Dissecting the role of regulatory T cells in atherosclerosis

Student thesis: Doctoral ThesisDoctor of Philosophy


Atherosclerosis is a leading cause of mortality worldwide. It is characterised by a slow- progressing inflammation, which results in the deposition and accumulation of lipids beneath the endothelium. Macrophages engulf deposited lipids, forming foam cells that accumulate and die, resulting in the formation a plaque. Regulatory T cells (Tregs) are suppressive CD4+ lymphocytes that have been reported to be atheroprotective. Both decreased Treg frequency and impaired functionality is associated with disease progression, the cause(s) of these Treg aberrations remains to be elucidated.
Atherosclerosis is a complex multifactorial disease. As such, I sought to characterise the influence of hyperlipidaemia, a key risk factor for atherosclerosis, on immune components of patients with a particular focus on Tregs. Subsequently, I sought to determine the ability of healthy Tregs to limit disease progression through interactions with macrophages in the presence of oxLDL. We and others have previously reported Tregs to influence macrophage phenotype and function. Whether this phenomenon persists in the presence of atherosclerotic associated factors is unknown. Currently, there is no curative therapy for atherosclerosis. Instead, patients rely on surgical intervention and pharmacological management of risk factors, neither of which act to resolve the underlying inflammatory microenvironment. As Treg therapy is showing promise in other fields, I investigated the possibility of utilising Tregs as a novel cellular therapeutic for the treatment of atherosclerosis.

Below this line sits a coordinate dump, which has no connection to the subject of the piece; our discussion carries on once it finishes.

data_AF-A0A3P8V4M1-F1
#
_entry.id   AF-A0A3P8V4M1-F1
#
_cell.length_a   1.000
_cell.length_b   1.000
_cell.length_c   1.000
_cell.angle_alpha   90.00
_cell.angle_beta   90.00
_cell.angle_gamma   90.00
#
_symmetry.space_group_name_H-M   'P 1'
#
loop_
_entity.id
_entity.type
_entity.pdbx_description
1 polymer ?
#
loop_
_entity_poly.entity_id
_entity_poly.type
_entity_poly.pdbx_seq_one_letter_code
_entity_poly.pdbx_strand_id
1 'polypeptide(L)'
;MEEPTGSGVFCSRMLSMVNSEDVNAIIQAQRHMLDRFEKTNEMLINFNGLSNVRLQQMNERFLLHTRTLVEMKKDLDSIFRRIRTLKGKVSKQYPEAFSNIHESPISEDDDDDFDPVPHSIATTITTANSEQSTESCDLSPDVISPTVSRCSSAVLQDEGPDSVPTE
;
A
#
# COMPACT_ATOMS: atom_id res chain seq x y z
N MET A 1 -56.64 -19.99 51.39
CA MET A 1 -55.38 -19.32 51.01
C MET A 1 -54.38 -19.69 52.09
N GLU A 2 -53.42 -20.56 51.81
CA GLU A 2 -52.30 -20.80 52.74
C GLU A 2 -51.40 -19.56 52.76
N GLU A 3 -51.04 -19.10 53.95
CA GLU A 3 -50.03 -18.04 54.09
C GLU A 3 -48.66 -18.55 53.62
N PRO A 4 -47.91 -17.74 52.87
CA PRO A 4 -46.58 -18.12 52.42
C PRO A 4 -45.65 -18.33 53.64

Extensive phenotyping of B cells, Tregs, monocytes, and cytokines in the peripheral blood of both patients with hyperlipidaemia and corresponding healthy controls was undertaken using multi-parameter flow cytometry and formed part of the study ‘Investigation of Immune Regulation and Cellular Response in patients with dyslipidaemia’ (IRAS number 236524). Findings from this study supported and extended upon previous publications, indicating modulation in both the cellular compartment and cytokine milieu of patients toward that of a more inflammatory disease-permissive state. Of note, increased expression of both CCR4 and CD95 on Treg population(s) was observed in hyperlipidaemic patients. Such finding may allude to an increased predisposition of these Tregs to Fas-induced apoptosis in patients.
A ex vivo cellular co-culture system was established for the investigation of macrophages and Treg interactions in the presence or absence of oxLDL, a key component of the atherosclerotic microenvironment. Significantly, this study reports for the first time, a novel atheroprotective mechanism of human Tregs whereby Tregs ameliorate detrimental ‘inflammatory’ phenotypic changes ‘M2’-like macrophages resulting from their interactions with oxLDL as indicated by altered expression of markers including CD86, CD16 and CCR4. This was further accompanied by functional modulation, which results in the decreased accumulation of oxLDL in macrophages.
Finally, preliminary data utilising atherosclerosis-associated peptide antigens suggests the presence of both regulatory and effector antigen specific CD4+ cellular population(s) exist in the circulation of both healthy individuals and hyperlipidaemic patients. In healthy individuals, antigen specific CD4+ cells were predominantly Tregs and suggest that antigen specific Tregs may limit disease onset and progression. Should this be the case the generation of atherosclerosis-associated antigen specific Tregs may offer a novel cellular therapeutic option for the treatment of atherosclerosis.
Findings presented in this thesis encourage the continued investigation of Tregs as a novel therapeutic for the treatment of human atherosclerotic disease. Evidence would suggest that both the exogenous expansion of atherosclerosis associated antigen specific Tregs for adoptive cellular therapy and the induction of an endogenous atheroprotective Treg population by way of a tolerogenic vaccine are viable avenues which warrant further examination.
Date of Award1 Jul 2021
Original languageEnglish
Awarding Institution
  • King's College London
SupervisorGiovanna Lombardi (Supervisor) & Cristiano Scotta (Supervisor)

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